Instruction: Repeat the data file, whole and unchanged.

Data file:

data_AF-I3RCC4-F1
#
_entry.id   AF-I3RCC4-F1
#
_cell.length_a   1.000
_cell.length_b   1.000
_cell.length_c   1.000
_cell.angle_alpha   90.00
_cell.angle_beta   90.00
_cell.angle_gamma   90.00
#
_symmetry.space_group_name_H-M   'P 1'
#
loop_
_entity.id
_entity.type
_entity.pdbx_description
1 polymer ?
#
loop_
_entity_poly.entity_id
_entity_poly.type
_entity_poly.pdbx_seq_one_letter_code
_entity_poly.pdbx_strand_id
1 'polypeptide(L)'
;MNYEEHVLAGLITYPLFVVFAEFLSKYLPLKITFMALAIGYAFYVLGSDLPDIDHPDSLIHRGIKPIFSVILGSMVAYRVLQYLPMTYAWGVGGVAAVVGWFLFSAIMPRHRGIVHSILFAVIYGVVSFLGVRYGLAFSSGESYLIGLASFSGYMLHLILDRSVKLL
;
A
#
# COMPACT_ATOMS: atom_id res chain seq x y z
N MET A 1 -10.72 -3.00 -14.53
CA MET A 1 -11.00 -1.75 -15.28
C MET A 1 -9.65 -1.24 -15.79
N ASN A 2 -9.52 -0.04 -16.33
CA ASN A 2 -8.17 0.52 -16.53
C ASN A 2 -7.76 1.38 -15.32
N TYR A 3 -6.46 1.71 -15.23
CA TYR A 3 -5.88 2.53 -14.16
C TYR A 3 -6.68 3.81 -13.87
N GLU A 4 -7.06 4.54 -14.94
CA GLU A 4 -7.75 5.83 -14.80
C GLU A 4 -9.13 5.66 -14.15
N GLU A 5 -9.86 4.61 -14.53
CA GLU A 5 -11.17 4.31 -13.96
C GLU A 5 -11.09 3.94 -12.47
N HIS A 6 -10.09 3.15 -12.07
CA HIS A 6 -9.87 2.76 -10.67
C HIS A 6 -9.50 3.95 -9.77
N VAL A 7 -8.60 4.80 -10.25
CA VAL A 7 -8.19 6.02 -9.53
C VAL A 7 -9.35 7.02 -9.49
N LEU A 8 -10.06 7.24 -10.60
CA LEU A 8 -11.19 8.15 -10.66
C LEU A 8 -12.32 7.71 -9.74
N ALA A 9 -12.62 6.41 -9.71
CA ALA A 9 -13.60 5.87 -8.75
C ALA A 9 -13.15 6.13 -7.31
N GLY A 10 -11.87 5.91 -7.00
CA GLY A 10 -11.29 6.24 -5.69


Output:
data_AF-I3RCC4-F1
#
_entry.id   AF-I3RCC4-F1
#
_cell.length_a   1.000
_cell.length_b   1.000
_cell.length_c   1.000
_cell.angle_alpha   90.00
_cell.angle_beta   90.00
_cell.angle_gamma   90.00
#
_symmetry.space_group_name_H-M   'P 1'
#
loop_
_entity.id
_entity.type
_entity.pdbx_description
1 polymer ?
#
loop_
_entity_poly.entity_id
_entity_poly.type
_entity_poly.pdbx_seq_one_letter_code
_entity_poly.pdbx_strand_id
1 'polypeptide(L)'
;MNYEEHVLAGLITYPLFVVFAEFLSKYLPLKITFMALAIGYAFYVLGSDLPDIDHPDSLIHRGIKPIFSVILGSMVAYRVLQYLPMTYAWGVGGVAAVVGWFLFSAIMPRHRGIVHSILFAVIYGVVSFLGVRYGLAFSSGESYLIGLASFSGYMLHLILDRSVKLL
;
A
#
# COMPACT_ATOMS: atom_id res chain seq x y z
N MET A 1 -10.72 -3.00 -14.53
CA MET A 1 -11.00 -1.75 -15.28
C MET A 1 -9.65 -1.24 -15.79
N ASN A 2 -9.52 -0.04 -16.33
CA ASN A 2 -8.17 0.52 -16.53
C ASN A 2 -7.76 1.38 -15.32
N TYR A 3 -6.46 1.71 -15.23
CA TYR A 3 -5.88 2.53 -14.16
C TYR A 3 -6.68 3.81 -13.87
N GLU A 4 -7.06 4.54 -14.94
CA GLU A 4 -7.75 5.83 -14.80
C GLU A 4 -9.13 5.66 -14.15
N GLU A 5 -9.86 4.61 -14.53
CA GLU A 5 -11.17 4.31 -13.96
C GLU A 5 -11.09 3.94 -12.47
N HIS A 6 -10.09 3.15 -12.07
CA HIS A 6 -9.87 2.76 -10.67
C HIS A 6 -9.50 3.95 -9.77
N VAL A 7 -8.60 4.80 -10.25
CA VAL A 7 -8.19 6.02 -9.53
C VAL A 7 -9.35 7.02 -9.49
N LEU A 8 -10.06 7.24 -10.60
CA LEU A 8 -11.19 8.15 -10.66
C LEU A 8 -12.32 7.71 -9.74
N ALA A 9 -12.62 6.41 -9.71
CA ALA A 9 -13.60 5.87 -8.75
C ALA A 9 -13.15 6.13 -7.31
N GLY A 10 -11.87 5.91 -7.00
CA GLY A 10 -11.29 6.24 -5.69